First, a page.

International response to Daphne’s death crucial, son maintains

Tista' taqra bil- Malti.

The assistance by foreign journalists and international NGOs was crucial in moving forward investigations into the assassination of Daphne Caruana Galizia, her son Matthew maintained today.

Caruana Galizia was speaking in an online seminar organised by the University of Oxford’s Reuters Institute for the Study of Journalism, on the topic of holding power to account.

He described his mother’s death as a collective trauma for the entire country, which dealt a tough blow to local journalists. However, he said, he was “forever grateful” that the Daphne Project – coordinated by Paris-based organisation Forbidden Stories to continue working on the stories his mother was following – helped fill the gap.

Now devoting himself full time to running the Daphne Caruana Galizia Foundation, founded by the family following her death, Caruana Galizia – who was part of a team which won the Pulitzer Prize over the Panama Papers – gave a candid account of the various challenges and struggles involved in the quest for justice for his mother and for the continuation of her legacy.

Faced with a hostile environment which has even seen government officials spread rumours that he was somehow involved in his mother’s assassination, he highlighted the need to keep oneself in good spirits – as well as keep the authorities on their toes.

‘Setting fires that need to be put out’

Caruana Galizia said that it was important for him to keep his eyes on the ball and focus on the most important matters: corruption in Malta and his mother’s murder. He noted that Malta’s status as a tax haven was often brought up in such discussions, but this risked muddying the waters.

But he also mentioned the importance of “setting fires that need to be put out;” effectively, pursuing actions which forced internal discussions within the institutions and organisations targeting them.

“We put a lot of effort into appealing from help from political bodies that are typically considered to be useless,” Caruana Galizia said, citing the UN Human Rights Council as an example.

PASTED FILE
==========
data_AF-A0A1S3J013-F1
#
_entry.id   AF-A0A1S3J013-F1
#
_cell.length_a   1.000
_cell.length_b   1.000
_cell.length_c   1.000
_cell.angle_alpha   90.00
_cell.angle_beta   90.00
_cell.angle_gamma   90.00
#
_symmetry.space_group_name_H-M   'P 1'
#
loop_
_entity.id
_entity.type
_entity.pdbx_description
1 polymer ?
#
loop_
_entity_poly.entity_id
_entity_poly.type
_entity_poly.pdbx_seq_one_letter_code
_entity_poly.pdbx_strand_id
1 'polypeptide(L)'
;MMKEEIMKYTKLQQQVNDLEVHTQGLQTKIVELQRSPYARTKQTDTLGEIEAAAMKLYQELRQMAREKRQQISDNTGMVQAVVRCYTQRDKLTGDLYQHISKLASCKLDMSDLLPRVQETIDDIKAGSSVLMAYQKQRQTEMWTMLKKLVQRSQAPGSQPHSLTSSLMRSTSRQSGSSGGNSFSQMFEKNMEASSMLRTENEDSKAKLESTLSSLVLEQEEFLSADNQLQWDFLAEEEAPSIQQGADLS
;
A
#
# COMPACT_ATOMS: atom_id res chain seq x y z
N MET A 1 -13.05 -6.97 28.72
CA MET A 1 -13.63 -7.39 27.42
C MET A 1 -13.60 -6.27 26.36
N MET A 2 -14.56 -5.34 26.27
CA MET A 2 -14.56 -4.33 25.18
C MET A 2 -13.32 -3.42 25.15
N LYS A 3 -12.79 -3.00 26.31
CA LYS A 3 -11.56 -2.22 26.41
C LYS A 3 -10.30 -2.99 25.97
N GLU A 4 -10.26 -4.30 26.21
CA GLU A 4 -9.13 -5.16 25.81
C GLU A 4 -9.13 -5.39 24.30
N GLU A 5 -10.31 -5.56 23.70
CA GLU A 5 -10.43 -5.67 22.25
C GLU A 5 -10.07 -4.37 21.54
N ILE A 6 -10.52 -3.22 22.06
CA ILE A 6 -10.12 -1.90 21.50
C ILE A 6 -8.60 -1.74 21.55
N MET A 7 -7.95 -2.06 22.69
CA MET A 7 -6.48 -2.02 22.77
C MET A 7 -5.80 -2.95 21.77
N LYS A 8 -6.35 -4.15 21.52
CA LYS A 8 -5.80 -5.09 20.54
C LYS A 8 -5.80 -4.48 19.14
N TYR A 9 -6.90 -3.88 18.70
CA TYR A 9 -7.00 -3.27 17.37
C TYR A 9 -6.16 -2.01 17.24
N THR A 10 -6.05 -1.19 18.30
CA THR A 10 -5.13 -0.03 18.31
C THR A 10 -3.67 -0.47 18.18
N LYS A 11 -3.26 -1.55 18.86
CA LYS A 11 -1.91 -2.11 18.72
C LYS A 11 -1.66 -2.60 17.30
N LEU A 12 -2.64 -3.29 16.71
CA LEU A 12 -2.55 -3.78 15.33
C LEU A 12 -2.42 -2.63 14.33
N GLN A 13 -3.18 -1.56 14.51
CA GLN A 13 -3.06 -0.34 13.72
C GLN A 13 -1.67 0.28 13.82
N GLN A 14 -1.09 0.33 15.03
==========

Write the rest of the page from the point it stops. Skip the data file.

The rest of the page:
Though the body was powerless to intervene against Malta, he said, governments cared about their standing in international fora, and would thus be constrained to respond.

This would frustrate them and occupy their time, perhaps limiting the effort they could devote to malicious actions. But at times, he added, such actions also helped show that within authorities, there may be lone individuals who would be on their side, even though they may lack the backing to do anything about it.

“We aim to give them that backing,” he added.

Similarly, Caruana Galizia said, rapporteurs – such as the Council of Europe’s special rapporteur Pieter Omtzigt, who is monitoring rule of law in Malta – could be seen as toothless, but having teeth was not their purpose. Their purpose was to use their authority to demand explanations from the state.

He noted that the Maltese government’s explanation not only exposed malfeasance and misfeasance, but also exposed the government’s hatred of his mother. An official state-level response, he pointed out, had named her as a “hate blogger,” a phrase which “shows contempt for my mother’s work.”

The importance of family and friends

Caruana Galizia also said that sticking together as a family – and staying in touch with extended family and friends – was crucial if one is to keep going.

Though staying in a bubble was often seen as a negative, he said that it proved to be a positive in his case, as it would have been impossible to cope if he constantly exposed himself to negative or contradictory views.

And coping was crucial, as Caruana Galizia admitted that he often wondered whether it was worth doing what he was doing, given the sacrifices it entailed. Moreover, the temptation to agree to certain concessions – such as when the government pushed for the family to accept a particular judge on the board of the public inquiry it sought – was tempting.

But he noted that such concessions – in return for a degree of personal comfort – “will be used as a stick to beat you with.”

Caruana Galizia also argued that the fact that one often felt like scratching the surface could also be frustrating, but added that wherever something could be done, then it should be done.

“If we can only meaningfully investigate one case, then we have a duty to do it,” he said.